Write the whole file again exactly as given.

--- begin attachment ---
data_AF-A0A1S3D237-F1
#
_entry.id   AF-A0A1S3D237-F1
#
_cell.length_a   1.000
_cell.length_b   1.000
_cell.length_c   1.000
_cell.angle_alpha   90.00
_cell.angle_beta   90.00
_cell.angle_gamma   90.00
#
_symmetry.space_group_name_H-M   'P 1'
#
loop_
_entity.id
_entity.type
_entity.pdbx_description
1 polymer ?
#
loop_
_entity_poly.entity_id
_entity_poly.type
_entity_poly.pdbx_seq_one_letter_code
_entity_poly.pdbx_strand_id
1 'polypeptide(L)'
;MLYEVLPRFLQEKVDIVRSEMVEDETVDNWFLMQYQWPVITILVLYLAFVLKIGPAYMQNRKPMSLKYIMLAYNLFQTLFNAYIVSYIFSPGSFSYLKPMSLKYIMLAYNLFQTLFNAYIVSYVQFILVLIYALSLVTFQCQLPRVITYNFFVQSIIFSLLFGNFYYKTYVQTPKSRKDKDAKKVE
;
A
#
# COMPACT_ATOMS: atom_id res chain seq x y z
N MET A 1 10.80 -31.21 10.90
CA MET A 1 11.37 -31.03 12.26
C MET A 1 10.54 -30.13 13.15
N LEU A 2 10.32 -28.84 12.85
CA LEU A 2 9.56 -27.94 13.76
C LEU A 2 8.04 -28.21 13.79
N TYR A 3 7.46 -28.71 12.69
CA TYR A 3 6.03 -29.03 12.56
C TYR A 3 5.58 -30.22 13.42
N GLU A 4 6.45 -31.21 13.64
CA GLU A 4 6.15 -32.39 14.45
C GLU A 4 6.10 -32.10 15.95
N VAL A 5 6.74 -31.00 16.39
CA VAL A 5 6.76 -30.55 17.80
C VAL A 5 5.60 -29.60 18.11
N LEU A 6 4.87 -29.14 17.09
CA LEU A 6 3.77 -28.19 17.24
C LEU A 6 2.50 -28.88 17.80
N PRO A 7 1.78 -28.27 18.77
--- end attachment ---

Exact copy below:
data_AF-A0A1S3D237-F1
#
_entry.id   AF-A0A1S3D237-F1
#
_cell.length_a   1.000
_cell.length_b   1.000
_cell.length_c   1.000
_cell.angle_alpha   90.00
_cell.angle_beta   90.00
_cell.angle_gamma   90.00
#
_symmetry.space_group_name_H-M   'P 1'
#
loop_
_entity.id
_entity.type
_entity.pdbx_description
1 polymer ?
#
loop_
_entity_poly.entity_id
_entity_poly.type
_entity_poly.pdbx_seq_one_letter_code
_entity_poly.pdbx_strand_id
1 'polypeptide(L)'
;MLYEVLPRFLQEKVDIVRSEMVEDETVDNWFLMQYQWPVITILVLYLAFVLKIGPAYMQNRKPMSLKYIMLAYNLFQTLFNAYIVSYIFSPGSFSYLKPMSLKYIMLAYNLFQTLFNAYIVSYVQFILVLIYALSLVTFQCQLPRVITYNFFVQSIIFSLLFGNFYYKTYVQTPKSRKDKDAKKVE
;
A
#
# COMPACT_ATOMS: atom_id res chain seq x y z
N MET A 1 10.80 -31.21 10.90
CA MET A 1 11.37 -31.03 12.26
C MET A 1 10.54 -30.13 13.15
N LEU A 2 10.32 -28.84 12.85
CA LEU A 2 9.56 -27.94 13.76
C LEU A 2 8.04 -28.21 13.79
N TYR A 3 7.46 -28.71 12.69
CA TYR A 3 6.03 -29.03 12.56
C TYR A 3 5.58 -30.22 13.42
N GLU A 4 6.45 -31.21 13.64
CA GLU A 4 6.15 -32.39 14.45
C GLU A 4 6.10 -32.10 15.95
N VAL A 5 6.74 -31.00 16.39
CA VAL A 5 6.76 -30.55 17.80
C VAL A 5 5.60 -29.60 18.11
N LEU A 6 4.87 -29.14 17.09
CA LEU A 6 3.77 -28.19 17.24
C LEU A 6 2.50 -28.88 17.80
N PRO A 7 1.78 -28.27 18.77